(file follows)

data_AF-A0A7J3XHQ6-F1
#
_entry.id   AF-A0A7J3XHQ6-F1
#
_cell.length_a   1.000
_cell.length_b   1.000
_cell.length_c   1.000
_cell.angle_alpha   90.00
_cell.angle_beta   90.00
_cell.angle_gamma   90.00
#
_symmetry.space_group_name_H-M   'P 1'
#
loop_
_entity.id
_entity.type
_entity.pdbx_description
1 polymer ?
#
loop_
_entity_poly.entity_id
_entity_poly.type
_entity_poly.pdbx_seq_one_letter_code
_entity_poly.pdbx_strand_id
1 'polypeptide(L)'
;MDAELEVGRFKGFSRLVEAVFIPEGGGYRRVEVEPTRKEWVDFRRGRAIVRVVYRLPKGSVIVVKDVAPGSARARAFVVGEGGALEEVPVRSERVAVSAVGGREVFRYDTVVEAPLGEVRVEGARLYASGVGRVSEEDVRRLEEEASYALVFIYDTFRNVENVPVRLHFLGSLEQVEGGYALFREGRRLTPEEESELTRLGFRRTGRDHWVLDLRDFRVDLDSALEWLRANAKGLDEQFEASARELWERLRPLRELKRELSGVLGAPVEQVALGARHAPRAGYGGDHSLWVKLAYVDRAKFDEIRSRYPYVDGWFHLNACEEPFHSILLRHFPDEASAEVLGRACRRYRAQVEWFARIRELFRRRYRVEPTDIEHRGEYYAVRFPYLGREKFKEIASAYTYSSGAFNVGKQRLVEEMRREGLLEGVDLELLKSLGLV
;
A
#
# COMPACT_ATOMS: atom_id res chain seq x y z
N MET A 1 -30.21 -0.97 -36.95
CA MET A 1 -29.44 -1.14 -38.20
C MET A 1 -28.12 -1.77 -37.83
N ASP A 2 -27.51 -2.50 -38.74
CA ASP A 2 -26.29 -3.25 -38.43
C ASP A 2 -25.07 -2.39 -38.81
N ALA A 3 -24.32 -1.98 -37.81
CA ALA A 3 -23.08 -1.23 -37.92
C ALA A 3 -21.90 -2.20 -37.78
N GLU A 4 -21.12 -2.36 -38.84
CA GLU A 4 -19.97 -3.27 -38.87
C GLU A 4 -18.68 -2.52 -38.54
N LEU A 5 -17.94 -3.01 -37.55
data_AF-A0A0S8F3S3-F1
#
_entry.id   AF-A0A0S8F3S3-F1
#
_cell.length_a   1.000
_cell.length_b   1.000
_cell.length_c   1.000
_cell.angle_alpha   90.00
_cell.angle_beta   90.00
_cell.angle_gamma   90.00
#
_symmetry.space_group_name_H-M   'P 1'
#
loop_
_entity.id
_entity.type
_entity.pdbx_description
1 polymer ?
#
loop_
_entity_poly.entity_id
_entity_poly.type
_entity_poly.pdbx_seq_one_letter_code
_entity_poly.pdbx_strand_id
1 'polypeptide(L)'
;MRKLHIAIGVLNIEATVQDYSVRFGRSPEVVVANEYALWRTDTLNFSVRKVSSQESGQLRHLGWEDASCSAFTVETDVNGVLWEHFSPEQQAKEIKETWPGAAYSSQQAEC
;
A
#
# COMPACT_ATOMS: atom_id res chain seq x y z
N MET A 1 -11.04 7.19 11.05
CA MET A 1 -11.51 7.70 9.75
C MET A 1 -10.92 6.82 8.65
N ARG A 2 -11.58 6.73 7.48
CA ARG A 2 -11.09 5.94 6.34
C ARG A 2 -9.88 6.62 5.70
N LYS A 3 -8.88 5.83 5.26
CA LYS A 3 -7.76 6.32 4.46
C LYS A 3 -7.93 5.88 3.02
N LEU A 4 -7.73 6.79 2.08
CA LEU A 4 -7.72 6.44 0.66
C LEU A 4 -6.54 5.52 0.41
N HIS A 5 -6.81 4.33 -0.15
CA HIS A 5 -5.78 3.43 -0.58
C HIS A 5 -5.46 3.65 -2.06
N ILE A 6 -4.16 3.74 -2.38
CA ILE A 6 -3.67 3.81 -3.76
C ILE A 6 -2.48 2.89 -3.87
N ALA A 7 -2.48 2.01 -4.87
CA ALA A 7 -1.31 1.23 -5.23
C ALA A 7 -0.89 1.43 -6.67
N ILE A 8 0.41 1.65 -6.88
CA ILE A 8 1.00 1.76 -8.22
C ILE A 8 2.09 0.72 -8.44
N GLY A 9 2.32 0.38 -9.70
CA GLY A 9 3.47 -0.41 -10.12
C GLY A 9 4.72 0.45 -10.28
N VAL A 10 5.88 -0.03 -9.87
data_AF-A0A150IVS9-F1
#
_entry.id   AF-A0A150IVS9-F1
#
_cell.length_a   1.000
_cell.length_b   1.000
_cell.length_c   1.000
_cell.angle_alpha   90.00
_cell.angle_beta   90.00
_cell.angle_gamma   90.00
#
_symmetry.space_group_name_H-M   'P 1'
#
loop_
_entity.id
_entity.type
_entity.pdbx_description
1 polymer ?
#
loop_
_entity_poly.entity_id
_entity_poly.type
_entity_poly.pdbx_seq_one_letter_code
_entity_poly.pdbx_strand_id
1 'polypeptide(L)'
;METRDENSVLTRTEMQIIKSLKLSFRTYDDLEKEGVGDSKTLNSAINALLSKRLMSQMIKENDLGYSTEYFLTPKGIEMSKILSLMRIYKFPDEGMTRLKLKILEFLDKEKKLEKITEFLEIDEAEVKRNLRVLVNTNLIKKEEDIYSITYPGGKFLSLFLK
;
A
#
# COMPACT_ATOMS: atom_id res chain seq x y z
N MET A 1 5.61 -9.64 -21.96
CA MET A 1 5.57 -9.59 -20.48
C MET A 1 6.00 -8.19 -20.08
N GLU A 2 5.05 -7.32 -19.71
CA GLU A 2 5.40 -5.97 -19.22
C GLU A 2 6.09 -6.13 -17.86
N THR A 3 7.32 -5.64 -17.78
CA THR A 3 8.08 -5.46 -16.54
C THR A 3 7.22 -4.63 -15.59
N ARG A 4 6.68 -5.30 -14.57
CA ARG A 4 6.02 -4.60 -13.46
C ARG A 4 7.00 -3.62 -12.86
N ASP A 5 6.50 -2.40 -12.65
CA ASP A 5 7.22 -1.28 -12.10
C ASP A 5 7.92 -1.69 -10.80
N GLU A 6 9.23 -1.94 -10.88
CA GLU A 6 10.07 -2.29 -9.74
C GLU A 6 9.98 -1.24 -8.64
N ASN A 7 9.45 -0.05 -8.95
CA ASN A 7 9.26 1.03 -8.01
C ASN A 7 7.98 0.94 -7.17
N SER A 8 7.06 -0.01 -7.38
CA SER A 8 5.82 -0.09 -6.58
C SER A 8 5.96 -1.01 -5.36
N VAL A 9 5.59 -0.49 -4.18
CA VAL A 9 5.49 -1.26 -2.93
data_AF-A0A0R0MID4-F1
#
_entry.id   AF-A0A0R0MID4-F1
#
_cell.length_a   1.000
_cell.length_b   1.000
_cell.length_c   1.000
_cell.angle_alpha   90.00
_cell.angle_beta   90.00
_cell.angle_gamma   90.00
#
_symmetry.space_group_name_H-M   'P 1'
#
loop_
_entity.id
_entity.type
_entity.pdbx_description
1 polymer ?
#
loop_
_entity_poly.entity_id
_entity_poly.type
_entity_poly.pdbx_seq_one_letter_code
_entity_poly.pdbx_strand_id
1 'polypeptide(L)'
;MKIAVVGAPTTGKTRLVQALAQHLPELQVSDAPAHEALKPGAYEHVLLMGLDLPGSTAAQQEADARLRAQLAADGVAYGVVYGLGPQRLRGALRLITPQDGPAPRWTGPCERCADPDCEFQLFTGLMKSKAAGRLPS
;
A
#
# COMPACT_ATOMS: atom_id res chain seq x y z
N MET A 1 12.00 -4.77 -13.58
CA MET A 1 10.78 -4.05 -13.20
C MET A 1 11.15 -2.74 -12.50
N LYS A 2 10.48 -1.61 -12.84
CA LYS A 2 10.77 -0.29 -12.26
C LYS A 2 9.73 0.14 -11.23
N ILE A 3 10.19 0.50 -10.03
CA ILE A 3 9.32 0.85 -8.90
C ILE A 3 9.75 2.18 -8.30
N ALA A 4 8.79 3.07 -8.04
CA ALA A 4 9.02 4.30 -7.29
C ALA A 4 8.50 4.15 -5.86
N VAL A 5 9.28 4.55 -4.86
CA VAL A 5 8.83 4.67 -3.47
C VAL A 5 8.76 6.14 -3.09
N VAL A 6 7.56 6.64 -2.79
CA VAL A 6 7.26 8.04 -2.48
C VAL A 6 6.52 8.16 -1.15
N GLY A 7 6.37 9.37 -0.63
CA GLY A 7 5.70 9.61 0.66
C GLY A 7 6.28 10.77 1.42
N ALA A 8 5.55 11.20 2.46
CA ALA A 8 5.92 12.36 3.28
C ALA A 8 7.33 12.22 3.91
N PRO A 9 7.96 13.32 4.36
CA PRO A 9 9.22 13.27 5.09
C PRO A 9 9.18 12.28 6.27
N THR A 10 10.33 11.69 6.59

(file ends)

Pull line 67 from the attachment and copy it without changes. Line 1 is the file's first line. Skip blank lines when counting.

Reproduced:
_entity_poly.pdbx_strand_id